Sunday, November 02, 2014

Trying To Make Fetch Happen

Trying to get student votes out in Iowa City is like trying to make fetch happen.

This year it was - I use "was" in the past tense because if fetch is going to happen, it's going to happen before the ten day pre-registration deadline - it was not going to happen, at least not a lot.

At work yesterday, I had a long and fun chat with an out of state reporter who'd been tasked with checking in on early vote numbers in the big counties. And I had to explain, with lots of local color, that the Johnson County 2010 numbers, early and by ripple effect total, were skewed beyond recognition (we're hearing that word "skewed" a lot today) by the local 21
bar issue.

(tl;dr version of that: the actual measure was to keep people under 21 out of bars after 10 PM. But it played out as a Whose Town Is This Anyway culture war.)

In four solid weeks of petitioned campus voting sites in 2010, we saw 5269 voters: 1668  Democrats, 1151 Republicans,  and 2374 no party or third party.

This year, without petitions, campus voting returned to a more normal schedule: three half-days at Burge and Hillcrest, and a week at the Old Capitol Mall. That netted 1577 votes: 837 Democrats, 170 Republicans, and 570 no party or third party.  Not all of those were young people, either year, but most were.

The five days at Old Capitol Mall drew 1161 voters, compared to 2544 in the same five days in 2008.

Note the drop, sure, but also note the proportions. Republicans achieved near parity in 2010, but this year student voters look heavily Democratic.

Note also some unusual final numbers from 2010.
Total voters: 53,855
Total votes for governor: 51,725
Under vote for governor: 2130
You just don't see a 4% countywide under-vote at the top of the ballot. Actually, more like 7% in Iowa City proper because that's the only place the issue was on the ballot. And in the student precincts, that figure was even higher. Anecdotally, from being at those campus sites, the question of the day was "do I have to vote on everything or can I just vote for one thing if I want?"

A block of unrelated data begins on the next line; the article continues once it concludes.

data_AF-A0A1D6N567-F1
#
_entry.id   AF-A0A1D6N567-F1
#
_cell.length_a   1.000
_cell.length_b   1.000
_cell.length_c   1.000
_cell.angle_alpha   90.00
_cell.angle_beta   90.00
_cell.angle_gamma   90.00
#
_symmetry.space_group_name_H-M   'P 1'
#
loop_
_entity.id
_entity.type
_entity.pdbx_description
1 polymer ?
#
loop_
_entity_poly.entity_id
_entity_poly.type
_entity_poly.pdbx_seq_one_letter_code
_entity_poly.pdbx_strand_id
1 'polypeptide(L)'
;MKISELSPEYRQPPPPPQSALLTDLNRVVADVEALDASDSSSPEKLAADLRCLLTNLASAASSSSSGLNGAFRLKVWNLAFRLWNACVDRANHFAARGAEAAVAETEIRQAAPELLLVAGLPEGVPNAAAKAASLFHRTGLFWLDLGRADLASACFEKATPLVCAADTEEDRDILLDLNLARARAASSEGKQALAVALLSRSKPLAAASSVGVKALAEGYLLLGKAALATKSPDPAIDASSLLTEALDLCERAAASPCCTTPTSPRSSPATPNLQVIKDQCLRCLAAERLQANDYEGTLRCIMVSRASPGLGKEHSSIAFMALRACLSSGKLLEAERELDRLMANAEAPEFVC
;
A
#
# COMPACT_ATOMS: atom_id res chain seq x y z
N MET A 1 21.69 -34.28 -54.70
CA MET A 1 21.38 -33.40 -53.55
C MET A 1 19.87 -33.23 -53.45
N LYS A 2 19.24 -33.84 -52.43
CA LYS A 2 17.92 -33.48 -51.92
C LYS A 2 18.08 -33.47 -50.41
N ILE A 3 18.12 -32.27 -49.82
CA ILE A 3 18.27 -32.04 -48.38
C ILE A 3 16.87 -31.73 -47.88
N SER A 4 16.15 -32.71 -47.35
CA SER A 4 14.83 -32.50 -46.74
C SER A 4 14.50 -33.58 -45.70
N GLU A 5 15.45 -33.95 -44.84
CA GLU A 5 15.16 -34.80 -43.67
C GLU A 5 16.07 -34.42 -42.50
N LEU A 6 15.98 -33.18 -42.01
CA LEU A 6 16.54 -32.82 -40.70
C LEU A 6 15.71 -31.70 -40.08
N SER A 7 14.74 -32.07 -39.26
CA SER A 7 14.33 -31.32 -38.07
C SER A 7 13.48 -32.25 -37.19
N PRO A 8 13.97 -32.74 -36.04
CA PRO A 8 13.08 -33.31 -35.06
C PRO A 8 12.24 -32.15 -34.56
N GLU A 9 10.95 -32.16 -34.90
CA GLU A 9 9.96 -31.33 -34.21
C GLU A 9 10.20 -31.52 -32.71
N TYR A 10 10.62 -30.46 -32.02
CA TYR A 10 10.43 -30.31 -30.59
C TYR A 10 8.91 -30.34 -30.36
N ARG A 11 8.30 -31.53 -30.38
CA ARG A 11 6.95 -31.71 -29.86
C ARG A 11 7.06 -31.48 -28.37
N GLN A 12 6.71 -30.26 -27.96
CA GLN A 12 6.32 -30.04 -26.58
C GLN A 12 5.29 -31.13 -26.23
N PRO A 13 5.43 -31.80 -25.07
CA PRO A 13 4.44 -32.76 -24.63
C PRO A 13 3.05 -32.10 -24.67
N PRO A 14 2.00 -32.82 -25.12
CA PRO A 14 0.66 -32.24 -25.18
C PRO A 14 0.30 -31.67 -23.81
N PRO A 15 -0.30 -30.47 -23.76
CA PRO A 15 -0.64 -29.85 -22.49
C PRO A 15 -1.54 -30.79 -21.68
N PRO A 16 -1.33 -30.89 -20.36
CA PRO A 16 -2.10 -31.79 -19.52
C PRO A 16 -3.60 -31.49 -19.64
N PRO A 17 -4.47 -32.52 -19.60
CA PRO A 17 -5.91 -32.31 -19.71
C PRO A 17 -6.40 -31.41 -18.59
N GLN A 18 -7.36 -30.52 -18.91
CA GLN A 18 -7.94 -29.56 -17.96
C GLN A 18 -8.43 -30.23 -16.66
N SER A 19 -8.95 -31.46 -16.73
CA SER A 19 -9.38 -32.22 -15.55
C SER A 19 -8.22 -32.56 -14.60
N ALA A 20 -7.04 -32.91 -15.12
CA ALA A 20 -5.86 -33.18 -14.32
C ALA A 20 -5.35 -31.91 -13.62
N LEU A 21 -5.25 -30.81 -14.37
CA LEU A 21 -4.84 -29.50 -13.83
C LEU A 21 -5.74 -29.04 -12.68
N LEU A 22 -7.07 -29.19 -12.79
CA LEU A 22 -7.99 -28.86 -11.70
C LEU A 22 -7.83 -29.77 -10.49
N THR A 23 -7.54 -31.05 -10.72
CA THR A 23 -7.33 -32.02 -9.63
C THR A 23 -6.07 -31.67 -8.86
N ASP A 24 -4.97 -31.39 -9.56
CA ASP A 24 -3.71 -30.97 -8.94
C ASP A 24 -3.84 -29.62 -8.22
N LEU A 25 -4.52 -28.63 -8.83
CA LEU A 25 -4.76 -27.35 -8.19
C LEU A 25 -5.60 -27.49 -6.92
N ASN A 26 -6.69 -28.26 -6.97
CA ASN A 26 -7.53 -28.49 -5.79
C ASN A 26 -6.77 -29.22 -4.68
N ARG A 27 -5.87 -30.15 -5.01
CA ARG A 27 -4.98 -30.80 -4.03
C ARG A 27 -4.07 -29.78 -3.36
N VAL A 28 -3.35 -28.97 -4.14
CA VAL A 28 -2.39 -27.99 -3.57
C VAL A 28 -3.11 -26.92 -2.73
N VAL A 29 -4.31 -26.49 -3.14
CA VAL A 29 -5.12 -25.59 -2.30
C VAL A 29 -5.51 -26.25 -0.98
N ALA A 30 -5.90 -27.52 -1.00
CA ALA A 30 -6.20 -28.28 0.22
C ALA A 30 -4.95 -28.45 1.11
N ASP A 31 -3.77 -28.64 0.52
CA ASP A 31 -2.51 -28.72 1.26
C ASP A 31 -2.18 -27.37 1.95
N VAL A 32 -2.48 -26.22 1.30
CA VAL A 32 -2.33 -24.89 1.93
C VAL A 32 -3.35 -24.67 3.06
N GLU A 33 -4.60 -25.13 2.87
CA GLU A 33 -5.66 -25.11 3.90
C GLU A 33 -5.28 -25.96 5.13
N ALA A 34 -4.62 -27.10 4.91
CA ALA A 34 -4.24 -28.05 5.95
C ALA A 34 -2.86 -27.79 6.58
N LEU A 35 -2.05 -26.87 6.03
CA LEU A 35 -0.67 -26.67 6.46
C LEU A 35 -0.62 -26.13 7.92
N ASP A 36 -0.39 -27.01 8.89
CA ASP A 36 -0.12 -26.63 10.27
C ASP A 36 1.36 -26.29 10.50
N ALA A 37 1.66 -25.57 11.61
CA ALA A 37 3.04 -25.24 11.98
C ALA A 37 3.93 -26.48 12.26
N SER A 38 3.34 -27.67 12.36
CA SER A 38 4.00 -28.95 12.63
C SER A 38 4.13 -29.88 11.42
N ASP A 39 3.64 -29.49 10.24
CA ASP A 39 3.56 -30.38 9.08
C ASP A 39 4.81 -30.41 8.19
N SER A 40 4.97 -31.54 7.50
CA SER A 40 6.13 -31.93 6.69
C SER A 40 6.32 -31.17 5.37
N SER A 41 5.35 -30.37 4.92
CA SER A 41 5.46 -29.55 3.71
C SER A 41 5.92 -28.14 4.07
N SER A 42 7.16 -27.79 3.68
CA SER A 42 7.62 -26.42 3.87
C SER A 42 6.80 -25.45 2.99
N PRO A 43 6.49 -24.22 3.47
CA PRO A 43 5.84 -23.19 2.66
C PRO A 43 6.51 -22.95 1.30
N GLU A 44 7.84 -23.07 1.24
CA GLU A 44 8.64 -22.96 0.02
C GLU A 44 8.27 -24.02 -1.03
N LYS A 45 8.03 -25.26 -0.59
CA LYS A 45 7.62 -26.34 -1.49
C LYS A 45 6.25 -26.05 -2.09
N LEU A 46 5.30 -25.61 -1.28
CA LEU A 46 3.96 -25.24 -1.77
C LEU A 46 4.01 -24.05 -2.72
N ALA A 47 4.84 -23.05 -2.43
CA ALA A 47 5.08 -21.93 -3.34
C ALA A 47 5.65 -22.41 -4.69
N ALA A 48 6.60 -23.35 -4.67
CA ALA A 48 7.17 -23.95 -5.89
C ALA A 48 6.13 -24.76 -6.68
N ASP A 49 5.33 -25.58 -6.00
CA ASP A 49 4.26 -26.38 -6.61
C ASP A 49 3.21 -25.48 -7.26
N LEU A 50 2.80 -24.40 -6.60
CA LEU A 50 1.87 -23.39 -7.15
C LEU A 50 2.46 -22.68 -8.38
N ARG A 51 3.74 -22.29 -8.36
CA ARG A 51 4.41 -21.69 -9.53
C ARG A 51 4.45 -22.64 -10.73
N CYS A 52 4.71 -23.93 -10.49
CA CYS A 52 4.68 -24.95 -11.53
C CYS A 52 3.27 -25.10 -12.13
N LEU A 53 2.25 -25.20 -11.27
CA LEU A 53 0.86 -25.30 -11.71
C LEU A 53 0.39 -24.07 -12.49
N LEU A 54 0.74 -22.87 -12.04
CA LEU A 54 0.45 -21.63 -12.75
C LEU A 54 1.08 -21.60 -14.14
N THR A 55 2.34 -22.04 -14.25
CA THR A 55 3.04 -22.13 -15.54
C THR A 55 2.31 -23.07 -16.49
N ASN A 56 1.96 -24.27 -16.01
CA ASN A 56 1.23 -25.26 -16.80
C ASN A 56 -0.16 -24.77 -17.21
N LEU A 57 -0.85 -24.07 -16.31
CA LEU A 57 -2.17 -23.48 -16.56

My best estimate - and that's one of my JOB jobs, making my best estimate - is that the bar issue drew in about 5000 people who would not have otherwise have voted, and about half of them voted ONLY on the bar issue. (They were offset slightly by 500ish straight ticket voters who skipped the referendum.) The other 2500 were drawn in by the bar issue but voted on at least some other items.

If you're thinking frat bros from Schaumburg, you're pretty close. This year, they're not voting at all.  But in 2010 the people drawn in by the bar issue skewed more Republican than the typical student satellite voter.

That played some, not all, role in Chet Culver's slip from 68% in 2006 to 62% in 2010. (The rest was the national mood and, well, Chet.)

Johnson County's job in statewide races is to run up the score and make up for the northwest corner of the state, which is way redder than we are blue. Let's look at the People's Republic's percentages in the last few top of the ticket competitive statewide contests:
2002 Harkin 65%, Vilsack 63% - statewide wins
2004 Kerry 64% - loss
2006 Culver 68% - win
2008 Obama 70% - win
2010 Culver 62% - loss
2012 Obama 67% - win
(Set aside Vilsack 2002 because we had an unusual Green spike to 3%. At the time a vote for governor was the only way for them to keep party status, and the lieutenant governor candidate was from here. Iowa now has a third party "organization" status so people can register as Green or Libertarian, and that makes a vote for governor so much less important that the Greens aren't trying this year.)

That puts the sweet spot to look for at 64 to 65%. If Bruce Braley is above that, he can pull this out. If not, it'll be really hard.

I expect that, or better, for Braley here. Joni Ernst's schtick plays well in about 90 counties. Johnson is one of the places it doesn't. Anecdotally: The non-political people I know know that I'm a political person. I don't push it on them, but sometimes they initiate conversation. And a lot of non-political people have initiated conversations with me about distate for Ernst and fear that she will win. Granted, that's in Johnson County, but that's on the street in Johnson County, not at a political event in Johnson County.

But it's not just the percentage, it's the raw number. Without the bar issue on the ballot, I expect overall turnout to slip. (Anecdote: we got almost none of the usual voter registration spike we normally see before general elections. Opening the mail I saw loads of absentee requests, very few registration forms.)

So factor out the 5000 extra student voters, and restore the student turnout to a more normal off-year level. (Actually, the campus satellite numbers were significantly better than 2006.) Factor in growth elsewhere in the county, and a couple months ago I predicted turnout of 51,903, and the first governor year general election with more votes early than election day. (We had more early than election day in both 2008 and 2012). And having watched it play out, I'm sticking with that number: 51,903. Approximately.

Note that's almost identical to the 51,725 votes for governor in 2010. So Johnson County overall turnout is likely to technically drop from 2010, but in terms of the partisan races it will be just about the same.

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